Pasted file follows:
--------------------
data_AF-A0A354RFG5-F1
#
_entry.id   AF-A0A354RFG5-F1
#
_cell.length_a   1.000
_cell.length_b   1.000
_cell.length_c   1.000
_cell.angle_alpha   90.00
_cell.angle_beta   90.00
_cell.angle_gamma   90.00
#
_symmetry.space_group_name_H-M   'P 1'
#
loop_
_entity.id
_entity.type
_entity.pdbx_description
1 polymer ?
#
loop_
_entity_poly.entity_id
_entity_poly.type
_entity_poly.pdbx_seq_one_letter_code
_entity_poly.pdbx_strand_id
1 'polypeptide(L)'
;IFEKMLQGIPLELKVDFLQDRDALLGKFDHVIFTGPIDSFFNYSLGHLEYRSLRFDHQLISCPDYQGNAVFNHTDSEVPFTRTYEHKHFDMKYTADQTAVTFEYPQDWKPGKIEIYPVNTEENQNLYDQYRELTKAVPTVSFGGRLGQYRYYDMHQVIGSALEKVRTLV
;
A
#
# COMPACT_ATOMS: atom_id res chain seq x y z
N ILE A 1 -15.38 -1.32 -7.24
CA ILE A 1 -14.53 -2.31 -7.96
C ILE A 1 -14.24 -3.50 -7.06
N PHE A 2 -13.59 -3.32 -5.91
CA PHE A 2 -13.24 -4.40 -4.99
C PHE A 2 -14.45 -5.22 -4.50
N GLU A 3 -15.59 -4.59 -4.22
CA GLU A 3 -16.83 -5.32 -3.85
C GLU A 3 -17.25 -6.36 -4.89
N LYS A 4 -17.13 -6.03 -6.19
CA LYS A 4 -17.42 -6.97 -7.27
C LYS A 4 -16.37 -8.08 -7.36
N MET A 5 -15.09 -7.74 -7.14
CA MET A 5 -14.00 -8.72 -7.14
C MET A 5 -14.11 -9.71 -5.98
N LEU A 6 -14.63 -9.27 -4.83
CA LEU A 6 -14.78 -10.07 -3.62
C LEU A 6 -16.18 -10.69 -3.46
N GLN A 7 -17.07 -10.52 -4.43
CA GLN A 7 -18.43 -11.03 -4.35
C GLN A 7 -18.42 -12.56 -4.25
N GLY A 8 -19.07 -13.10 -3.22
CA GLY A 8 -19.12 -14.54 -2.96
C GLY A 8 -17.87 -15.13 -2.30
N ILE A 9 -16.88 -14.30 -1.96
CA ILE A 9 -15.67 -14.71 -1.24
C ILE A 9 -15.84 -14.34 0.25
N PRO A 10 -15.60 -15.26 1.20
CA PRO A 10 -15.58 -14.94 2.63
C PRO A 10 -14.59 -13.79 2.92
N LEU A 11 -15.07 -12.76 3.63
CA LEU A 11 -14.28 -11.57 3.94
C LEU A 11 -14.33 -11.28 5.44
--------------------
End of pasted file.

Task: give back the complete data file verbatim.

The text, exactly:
data_AF-A0A354RFG5-F1
#
_entry.id   AF-A0A354RFG5-F1
#
_cell.length_a   1.000
_cell.length_b   1.000
_cell.length_c   1.000
_cell.angle_alpha   90.00
_cell.angle_beta   90.00
_cell.angle_gamma   90.00
#
_symmetry.space_group_name_H-M   'P 1'
#
loop_
_entity.id
_entity.type
_entity.pdbx_description
1 polymer ?
#
loop_
_entity_poly.entity_id
_entity_poly.type
_entity_poly.pdbx_seq_one_letter_code
_entity_poly.pdbx_strand_id
1 'polypeptide(L)'
;IFEKMLQGIPLELKVDFLQDRDALLGKFDHVIFTGPIDSFFNYSLGHLEYRSLRFDHQLISCPDYQGNAVFNHTDSEVPFTRTYEHKHFDMKYTADQTAVTFEYPQDWKPGKIEIYPVNTEENQNLYDQYRELTKAVPTVSFGGRLGQYRYYDMHQVIGSALEKVRTLV
;
A
#
# COMPACT_ATOMS: atom_id res chain seq x y z
N ILE A 1 -15.38 -1.32 -7.24
CA ILE A 1 -14.53 -2.31 -7.96
C ILE A 1 -14.24 -3.50 -7.06
N PHE A 2 -13.59 -3.32 -5.91
CA PHE A 2 -13.24 -4.40 -4.99
C PHE A 2 -14.45 -5.22 -4.50
N GLU A 3 -15.59 -4.59 -4.22
CA GLU A 3 -16.83 -5.32 -3.85
C GLU A 3 -17.25 -6.36 -4.89
N LYS A 4 -17.13 -6.03 -6.19
CA LYS A 4 -17.42 -6.97 -7.27
C LYS A 4 -16.37 -8.08 -7.36
N MET A 5 -15.09 -7.74 -7.14
CA MET A 5 -14.00 -8.72 -7.14
C MET A 5 -14.11 -9.71 -5.98
N LEU A 6 -14.63 -9.27 -4.83
CA LEU A 6 -14.78 -10.07 -3.62
C LEU A 6 -16.18 -10.69 -3.46
N GLN A 7 -17.07 -10.52 -4.43
CA GLN A 7 -18.43 -11.03 -4.35
C GLN A 7 -18.42 -12.56 -4.25
N GLY A 8 -19.07 -13.10 -3.22
CA GLY A 8 -19.12 -14.54 -2.96
C GLY A 8 -17.87 -15.13 -2.30
N ILE A 9 -16.88 -14.30 -1.96
CA ILE A 9 -15.67 -14.71 -1.24
C ILE A 9 -15.84 -14.34 0.25
N PRO A 10 -15.60 -15.26 1.20
CA PRO A 10 -15.58 -14.94 2.63
C PRO A 10 -14.59 -13.79 2.92
N LEU A 11 -15.07 -12.76 3.63
CA LEU A 11 -14.28 -11.57 3.94
C LEU A 11 -14.33 -11.28 5.44